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This is the first year I’ve paid a great deal of attention to London Cocktail Week, partly because I’m more into the exploration side of my liquids now but also due to the odd trade invite or two that pop into the inbox. Due to an insane schedule at the minute I had to prioritise and decided to accept the invitation of The Famous Grouse to join them for a flight and some blending.

The night started well enough with Kirsty and my first UK visit to Shake Shack, great burgers and wow what a peanut butter milkshake. We then casually sauntered through tourist-packed Covent Garden to The Thomas Neal Centre where The Famous Grouse had taken up residence in an unused retail unit and turned it into an oak emporium that celebrated not only the core SKUs but the component parts and boasted some rather fantastic glass wear.

Brand ambassador David talked us through the blending process in detail, noting some of the malts from the forty or so that make up each liquid in The Famous Grouse range, eloquently describing how the master blender weaves lots of different flavours together to create a consistent flavour that is both timeless and recognisable.

Two highlights, for those unaware, were that The Macallan is one of the forty, as is the great ‘topping malt’ Glenrothes.

Factoids such as 90%ish of all distilleries use the same barley, blends are essentially a skeleton of grain fleshed out with malt, The Macallan has ‘curiously small’ stills were all delivered with passion, eloquence and a very animated presentation.

What was also intriguing was how passionate The Edrington Group, who own The Macallan, Highland Park and The Famous Grouse amongst others was about wood.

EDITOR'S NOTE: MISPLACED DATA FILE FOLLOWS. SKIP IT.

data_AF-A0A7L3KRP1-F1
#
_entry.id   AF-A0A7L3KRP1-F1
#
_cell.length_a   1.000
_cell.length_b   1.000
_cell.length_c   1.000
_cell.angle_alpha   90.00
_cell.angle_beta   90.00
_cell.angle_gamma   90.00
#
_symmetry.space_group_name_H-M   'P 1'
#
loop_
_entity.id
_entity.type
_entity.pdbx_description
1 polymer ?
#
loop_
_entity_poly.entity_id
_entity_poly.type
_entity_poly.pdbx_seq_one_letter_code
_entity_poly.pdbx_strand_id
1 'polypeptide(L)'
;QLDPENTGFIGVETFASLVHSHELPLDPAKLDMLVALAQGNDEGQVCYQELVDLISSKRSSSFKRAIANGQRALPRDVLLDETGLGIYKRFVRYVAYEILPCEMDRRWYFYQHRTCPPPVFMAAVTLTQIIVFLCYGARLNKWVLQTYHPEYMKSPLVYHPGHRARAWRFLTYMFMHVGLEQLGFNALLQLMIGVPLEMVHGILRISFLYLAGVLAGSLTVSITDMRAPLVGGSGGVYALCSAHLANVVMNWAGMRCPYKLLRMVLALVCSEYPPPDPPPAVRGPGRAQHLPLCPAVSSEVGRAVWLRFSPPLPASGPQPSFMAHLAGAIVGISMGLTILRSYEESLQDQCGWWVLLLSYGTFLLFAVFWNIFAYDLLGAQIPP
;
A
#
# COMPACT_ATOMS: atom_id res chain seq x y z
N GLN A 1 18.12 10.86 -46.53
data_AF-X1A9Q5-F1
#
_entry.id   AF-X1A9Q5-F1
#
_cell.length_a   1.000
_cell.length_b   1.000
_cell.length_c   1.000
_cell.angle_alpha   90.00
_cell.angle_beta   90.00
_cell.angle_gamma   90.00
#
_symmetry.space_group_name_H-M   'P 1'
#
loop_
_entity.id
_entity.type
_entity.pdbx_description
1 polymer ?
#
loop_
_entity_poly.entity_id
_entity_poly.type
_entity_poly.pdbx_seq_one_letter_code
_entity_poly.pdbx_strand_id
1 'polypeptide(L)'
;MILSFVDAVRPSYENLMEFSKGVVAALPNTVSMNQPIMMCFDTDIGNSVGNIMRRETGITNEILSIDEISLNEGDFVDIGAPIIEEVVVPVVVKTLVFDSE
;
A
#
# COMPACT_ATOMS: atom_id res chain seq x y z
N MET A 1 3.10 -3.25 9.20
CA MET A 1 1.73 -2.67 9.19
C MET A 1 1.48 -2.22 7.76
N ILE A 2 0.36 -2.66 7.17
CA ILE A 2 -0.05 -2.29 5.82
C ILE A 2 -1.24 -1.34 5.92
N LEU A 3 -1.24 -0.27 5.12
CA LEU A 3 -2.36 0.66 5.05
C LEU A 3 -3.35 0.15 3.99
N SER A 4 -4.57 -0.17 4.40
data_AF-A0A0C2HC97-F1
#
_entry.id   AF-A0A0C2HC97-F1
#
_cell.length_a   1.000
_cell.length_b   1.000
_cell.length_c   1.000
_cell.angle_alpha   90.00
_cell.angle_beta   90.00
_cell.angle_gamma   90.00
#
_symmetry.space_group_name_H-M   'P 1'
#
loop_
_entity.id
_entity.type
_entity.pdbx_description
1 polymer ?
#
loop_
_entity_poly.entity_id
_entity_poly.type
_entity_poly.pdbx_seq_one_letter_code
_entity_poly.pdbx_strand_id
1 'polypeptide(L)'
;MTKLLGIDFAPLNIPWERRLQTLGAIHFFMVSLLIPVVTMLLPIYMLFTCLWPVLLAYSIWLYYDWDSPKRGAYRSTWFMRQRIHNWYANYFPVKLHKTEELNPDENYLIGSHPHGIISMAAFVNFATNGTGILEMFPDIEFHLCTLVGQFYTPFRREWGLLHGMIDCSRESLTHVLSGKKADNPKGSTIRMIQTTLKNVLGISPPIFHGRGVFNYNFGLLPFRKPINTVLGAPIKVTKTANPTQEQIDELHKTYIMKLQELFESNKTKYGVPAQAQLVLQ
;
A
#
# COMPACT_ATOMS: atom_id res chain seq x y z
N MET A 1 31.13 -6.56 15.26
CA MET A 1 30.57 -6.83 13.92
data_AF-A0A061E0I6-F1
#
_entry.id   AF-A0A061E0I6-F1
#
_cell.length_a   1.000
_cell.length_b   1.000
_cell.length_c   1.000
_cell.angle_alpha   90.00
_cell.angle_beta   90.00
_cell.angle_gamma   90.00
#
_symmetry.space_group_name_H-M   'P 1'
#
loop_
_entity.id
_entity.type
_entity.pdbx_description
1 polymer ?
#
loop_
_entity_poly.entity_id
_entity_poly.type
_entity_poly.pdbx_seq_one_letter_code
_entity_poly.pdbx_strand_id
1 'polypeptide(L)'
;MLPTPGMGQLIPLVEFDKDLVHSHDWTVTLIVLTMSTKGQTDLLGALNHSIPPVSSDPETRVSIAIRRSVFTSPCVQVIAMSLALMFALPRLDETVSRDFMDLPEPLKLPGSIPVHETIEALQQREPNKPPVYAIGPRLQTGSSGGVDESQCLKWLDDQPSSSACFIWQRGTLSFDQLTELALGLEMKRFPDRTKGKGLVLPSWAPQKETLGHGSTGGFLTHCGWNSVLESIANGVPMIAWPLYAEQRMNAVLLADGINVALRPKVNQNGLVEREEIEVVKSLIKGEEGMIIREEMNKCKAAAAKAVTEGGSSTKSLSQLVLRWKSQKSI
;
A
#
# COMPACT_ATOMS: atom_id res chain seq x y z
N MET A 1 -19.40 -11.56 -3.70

‘The wood matters’, we heard along with how they had spent over £2million on used casks in 2013, more than the rest of the Scotch whisky industry combined.

Then we got onto the tasting.

A flight of three core The Famous Grouse SKUs:

The Famous Grouse
The Black Grouse
The Naked Grouse

I’m a sucker for The Black Grouse, always have been, and as David said himself; it is a blend that can turn malt snobs into blend drinkers. A nice, often unsung story behind the 50p of all bottle sales going to save the endangered black grouse was mentioned, apparently donations now top £200,000.

Finally, the main event. We were to become apprentice blenders (definitely not master blenders) for the night. 

Everyone had their own blending station with various regular strength whiskies lined up in chunky glass decanters noted only by their flavour profile. Next to that was a measuring tube, a funnel and two bottles to pour your creation into once you were happy.

I had always wanted to have a go at blending, only doing so in the most amateurish fashion at home a couple years back and failing miserably and now was my chance.

Being a fan of peated whiskies I dived in to pour warmly half my bottle volume full of the ‘medium peat’, then a quarter of the spicy resinous profile and finally adding the one denoted as citrus to finish off. Kirsty opted to balance hers more with a quarter of medium peat, a quarter of spice, some vanilla and some citrus, calling hers Spicy Bog. Mine was the likely name of The Dramazing Blend, how droll.

Once the blends were funnelled and our bottles labelled one bottle went for judging, with the prize being a trip to the distillery and the other was slipped into our bags.

We enjoyed celebratory cocktails, some brand chat and eventually headed on our way.

Now the trade events are done, anyone can pop in for a dram, a cocktail and a lesson in The Famous Grouse. Well worth it if you’re in London this week and make sure you try The Black Grouse, you’ll thank me for it.

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